Taking account of a “re-imagined” industry landscape in which cloud and hybrid operational models are increasingly ubiquitous, XEN:Pipeline provides an orchestration layer sitting autonomously above all the technology being used by the customer. Its support for “consumption-based choices” means that customers can “start leveraging the benefits of the cloud” in the manner, and at the pace, they require.

Ideally, this migration should avoid simple replication of existing operations. Craig Bury, CTO of Three Media, says: “Our position is that the cloud is very much about new ways of working. It’s a massive transformational opportunity for companies.” In the next “10 or 15 years”, virtualisation will be the “only game in town, and as such you are going to see more and more organisations commit to the cloud wholeheartedly.”

The ongoing need for hybrid

In the meantime, Dalet – which showed products including its Dalet Flex media logistics, Dalet Pyramid next-generation news and Dalet Galaxy broadcast workflow platform solutions at IBC2022 – is also among those stressing the need for cloud adoption to be driven by individual customer needs.

Zarouk comments: “Providing cloud-based solutions is a key aspect of our offering, and the majority of our products – such as Dalet Flex, Dalet AmberFin and Dalet Pyramid – are now, most of the time, deployed entirely in the cloud by our customers. However, we believe that the need for hybrid operations remains a reality in specific cases, for instance in territories where Internet connectivity can be unstable or do not offer high bandwidth.”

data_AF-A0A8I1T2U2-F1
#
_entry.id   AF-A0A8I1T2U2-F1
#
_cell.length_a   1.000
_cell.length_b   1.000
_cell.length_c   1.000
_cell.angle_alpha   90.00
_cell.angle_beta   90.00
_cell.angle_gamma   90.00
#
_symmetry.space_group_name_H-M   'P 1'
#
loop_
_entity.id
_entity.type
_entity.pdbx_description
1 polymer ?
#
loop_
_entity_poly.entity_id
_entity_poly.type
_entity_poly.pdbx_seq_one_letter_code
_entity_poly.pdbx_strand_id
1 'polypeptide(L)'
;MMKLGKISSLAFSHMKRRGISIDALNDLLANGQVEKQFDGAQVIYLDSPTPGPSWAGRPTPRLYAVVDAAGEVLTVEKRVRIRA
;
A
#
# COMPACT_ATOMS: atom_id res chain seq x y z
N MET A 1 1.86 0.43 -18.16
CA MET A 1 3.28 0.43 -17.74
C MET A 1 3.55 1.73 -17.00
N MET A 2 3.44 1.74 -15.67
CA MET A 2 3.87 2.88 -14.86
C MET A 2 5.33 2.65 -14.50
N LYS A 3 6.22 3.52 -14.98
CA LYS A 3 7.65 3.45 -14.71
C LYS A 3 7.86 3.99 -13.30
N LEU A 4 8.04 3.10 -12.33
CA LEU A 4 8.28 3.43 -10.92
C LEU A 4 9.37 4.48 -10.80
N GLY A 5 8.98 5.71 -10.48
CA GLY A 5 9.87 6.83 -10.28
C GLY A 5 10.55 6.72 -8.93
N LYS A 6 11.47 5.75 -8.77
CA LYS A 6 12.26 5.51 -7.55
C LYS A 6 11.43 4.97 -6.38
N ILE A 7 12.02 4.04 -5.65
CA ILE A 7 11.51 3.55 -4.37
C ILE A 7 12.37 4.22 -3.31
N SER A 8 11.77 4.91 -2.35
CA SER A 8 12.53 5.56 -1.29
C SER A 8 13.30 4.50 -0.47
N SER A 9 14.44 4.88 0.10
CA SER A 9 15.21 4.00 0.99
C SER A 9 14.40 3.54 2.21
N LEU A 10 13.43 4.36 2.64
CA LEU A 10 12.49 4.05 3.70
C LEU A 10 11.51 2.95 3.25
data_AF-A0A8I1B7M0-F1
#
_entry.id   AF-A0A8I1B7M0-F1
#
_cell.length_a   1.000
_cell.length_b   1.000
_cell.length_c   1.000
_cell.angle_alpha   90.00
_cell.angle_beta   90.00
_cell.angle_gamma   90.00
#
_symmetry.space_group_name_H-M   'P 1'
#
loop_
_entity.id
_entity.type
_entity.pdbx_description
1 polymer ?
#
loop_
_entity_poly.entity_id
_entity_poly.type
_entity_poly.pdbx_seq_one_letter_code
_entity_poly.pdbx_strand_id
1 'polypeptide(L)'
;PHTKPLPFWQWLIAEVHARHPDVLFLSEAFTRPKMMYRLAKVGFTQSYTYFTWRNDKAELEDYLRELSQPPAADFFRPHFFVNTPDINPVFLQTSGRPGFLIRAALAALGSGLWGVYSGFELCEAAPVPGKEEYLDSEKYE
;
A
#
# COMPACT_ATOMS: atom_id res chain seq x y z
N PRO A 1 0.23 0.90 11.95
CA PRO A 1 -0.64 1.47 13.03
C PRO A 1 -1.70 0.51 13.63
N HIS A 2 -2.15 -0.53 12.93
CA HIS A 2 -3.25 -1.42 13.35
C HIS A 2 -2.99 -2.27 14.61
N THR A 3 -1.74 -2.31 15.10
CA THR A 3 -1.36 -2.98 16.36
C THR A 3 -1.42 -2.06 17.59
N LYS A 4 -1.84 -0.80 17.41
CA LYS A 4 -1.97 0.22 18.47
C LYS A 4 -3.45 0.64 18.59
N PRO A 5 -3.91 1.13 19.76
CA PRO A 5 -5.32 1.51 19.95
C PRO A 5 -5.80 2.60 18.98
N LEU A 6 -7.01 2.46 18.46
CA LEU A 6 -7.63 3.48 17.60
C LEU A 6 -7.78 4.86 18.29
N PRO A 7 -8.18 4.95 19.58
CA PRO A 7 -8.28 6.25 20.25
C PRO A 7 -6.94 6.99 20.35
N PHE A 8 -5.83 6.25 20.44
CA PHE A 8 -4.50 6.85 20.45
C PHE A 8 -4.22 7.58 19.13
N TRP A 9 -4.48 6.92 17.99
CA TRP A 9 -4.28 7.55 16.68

He goes on to cite two specific issues which mean complete cloud deployments may not yet be right for all. “Performance is a first concern; latency for live production is a good example, but also bandwidth, especially for organisations working with heavy production formats (e.g., coming from camera cards).

“Cost is the second challenge. Depending on workflows, cloud costs can add up very quickly, especially data transfer. Post-production workflows, for instance, can generate significant costs with a fully cloud-based solution, especially if editing needs to be done using high-resolution materials.”

And whilst web-based editing using proxy files is now common for “fast-turnaround editing – typically for news or sports – moving a whole post-production process to the cloud is still a challenge.”

But whilst there is still much to be done, it’s important to acknowledge the pace of progress and the recent “step forward in the cloud ‘maturity’ of both suppliers and buyers. Buyers better understand benefits brought to them by the cloud, and have more confidence on the level of quality that a cloud solution can deliver. Suppliers have made great progress to really optimise their solutions and make the most out of what the cloud can offer. […]

“We believe that cloud will become the norm, but the iterative learning and transformation process for the industry to get there is still in progress.”

Listen to DAZN, Radagio, Altman Solon, TV3 Group and OTT Consulting talk about the challenges of content supply chain, online video platforms and direct-to-consumer streaming technology. Watch the Supply Chain and Streaming webinar.